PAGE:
Outcome: Software design description.


Software Development Life Cycle image 3

Goal: Translate the design of the system into code.

This is a lengthy phase though less complicated than the previous two. Using the design description, programmers code the modules using the chosen programming language. The coding tasks are divided between the software engineering team members according to their skillset. Front-end developers create codes for displaying an application or product UI and the elements users need to interplay with the site. Their Back-end counterparts are in charge of the technical side of a product.

Establish conditions for organized and consistent coding:

  • Use proper guidelines;
  • Supervise every developer;
  • Automate deployment process;
  • Nourish the best programming practices.

Well-written code significantly reduces the number of test runs and maintenance-related problems at the next stages. At Erbis we use innovative design and development practices to drive our client’s growth.

Outcome: testable, functional software, and a Source Code Document.


Software Development Life Cycle image 4

Goal: Code verification and bugs detection.

There is one step missing before mass-production testing. It consists of Quality Assurance (QA), Quality Control (QC), and Testing. While these are technically separate parts of the development process dependent on project size, stakeholders often group them as they have the same end goal: to make a high-quality product.

Let’s figure out the difference:

  • Quality Assurance. This is a process-oriented activity aimed to ensure that the team manages and creates deliverables consistently. The role of QA automation is to identify the reason for the error and to re-engineer the system so that such defects won’t appear any further. Thus focusing efforts on improving QA processes is one of the best investments an organization can make.
    • Quality Control. This is a product-oriented performance related to intermediate and final results of software engineering. Examples of QC include technical reviews, software testing, and code inspections.
      • Testing. The tester creates tests and observes the behavior of the particular program under certain conditions. He fills in the documentation and returns it to developers. The best way to ensure that tests are run regularly is to automate them.

Outcome: Software is completely free of bugs and compliant.


Software Development Life Cycle image 5

Goal: Software delivery to a target device.

Software deployment refers to the process of running a product on a server or device and can be summarized in three general phases:

  • Preparation; 
  • Testing;
  • Deployment.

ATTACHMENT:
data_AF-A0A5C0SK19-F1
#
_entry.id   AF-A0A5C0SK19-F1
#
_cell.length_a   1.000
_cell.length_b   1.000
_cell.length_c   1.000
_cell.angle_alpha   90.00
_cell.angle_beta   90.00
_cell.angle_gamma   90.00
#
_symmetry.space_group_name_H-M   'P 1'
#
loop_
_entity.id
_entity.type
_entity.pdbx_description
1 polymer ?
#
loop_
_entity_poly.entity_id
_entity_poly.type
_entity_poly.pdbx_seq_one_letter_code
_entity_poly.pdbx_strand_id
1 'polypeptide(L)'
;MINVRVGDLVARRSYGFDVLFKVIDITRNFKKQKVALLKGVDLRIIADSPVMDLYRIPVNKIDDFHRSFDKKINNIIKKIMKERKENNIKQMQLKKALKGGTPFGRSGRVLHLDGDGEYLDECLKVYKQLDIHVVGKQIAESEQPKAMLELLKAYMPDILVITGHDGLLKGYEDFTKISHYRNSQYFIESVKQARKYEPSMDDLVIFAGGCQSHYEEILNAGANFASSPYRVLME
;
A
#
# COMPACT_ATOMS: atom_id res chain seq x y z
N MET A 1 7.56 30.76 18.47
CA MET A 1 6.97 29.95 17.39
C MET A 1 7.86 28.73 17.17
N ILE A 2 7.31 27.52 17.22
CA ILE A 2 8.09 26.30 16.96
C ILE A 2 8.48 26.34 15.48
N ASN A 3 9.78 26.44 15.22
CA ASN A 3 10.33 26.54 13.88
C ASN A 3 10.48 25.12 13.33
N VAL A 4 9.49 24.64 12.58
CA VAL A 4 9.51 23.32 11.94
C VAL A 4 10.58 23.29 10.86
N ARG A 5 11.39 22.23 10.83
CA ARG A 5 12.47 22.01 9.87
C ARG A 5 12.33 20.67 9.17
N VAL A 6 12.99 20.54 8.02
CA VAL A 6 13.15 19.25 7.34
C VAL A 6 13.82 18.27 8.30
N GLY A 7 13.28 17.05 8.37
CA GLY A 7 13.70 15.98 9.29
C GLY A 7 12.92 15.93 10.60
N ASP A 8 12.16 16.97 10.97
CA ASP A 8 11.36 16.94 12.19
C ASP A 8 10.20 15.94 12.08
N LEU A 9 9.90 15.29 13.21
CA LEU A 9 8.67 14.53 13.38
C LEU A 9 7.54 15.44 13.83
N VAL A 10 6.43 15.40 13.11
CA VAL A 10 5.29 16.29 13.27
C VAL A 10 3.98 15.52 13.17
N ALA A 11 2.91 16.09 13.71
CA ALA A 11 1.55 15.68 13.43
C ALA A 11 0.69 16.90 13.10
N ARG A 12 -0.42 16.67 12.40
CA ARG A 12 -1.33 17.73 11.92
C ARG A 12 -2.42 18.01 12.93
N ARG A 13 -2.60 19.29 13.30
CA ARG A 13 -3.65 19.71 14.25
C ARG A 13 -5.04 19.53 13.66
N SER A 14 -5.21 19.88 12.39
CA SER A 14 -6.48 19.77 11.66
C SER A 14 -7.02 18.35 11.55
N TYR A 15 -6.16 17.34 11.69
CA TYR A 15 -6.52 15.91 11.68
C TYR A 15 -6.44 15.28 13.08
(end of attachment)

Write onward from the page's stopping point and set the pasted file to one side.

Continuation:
A piece of software may be deployed several times during the software development lifecycle depending on its functioning and error check results. If it runs smoothly and the way it was intended, then consider your software ready to be launched for beta testing. The support team collects feedback from the first users, and if any bugs come up, the development team fixes them. After that, the final version is rolled out.

Outcome: Fully operational software in a live environment.

6 phases of the software development life cycle


Software Development Life Cycle image 6

Goal: Ongoing security monitoring and update.

The process of software development is a never-ending cycle as the plan rarely turns out perfect when it meets reality. In most cases, product maintenance is the continuous phase intended to keep the software stable and up to date. If any new bugs and vulnerabilities appear, the maintenance team will mitigate them or flag them to be addressed in a future version of the software.

There are 2 types of maintenance:

  • Corrective. This means the fixation of defects that are rooted in production. They emerge because removing all the faults before delivery is extremely difficult.
  • Adaptive. It’s an addition of requirements you didn’t have in the original plan. Such modification takes shape due to environment or input data change.

Outcome: Utter user experience and productivity.


These steps are roughly the same from one software development life cycle model to another. They tend to occur in this order, though they can also be mixed into a rapidly-repeating cycle (like Agile) or break down into linear sequential phases (like Waterfall). Regardless of the method, the desired result of software engineering services is a competitive and customer-oriented product.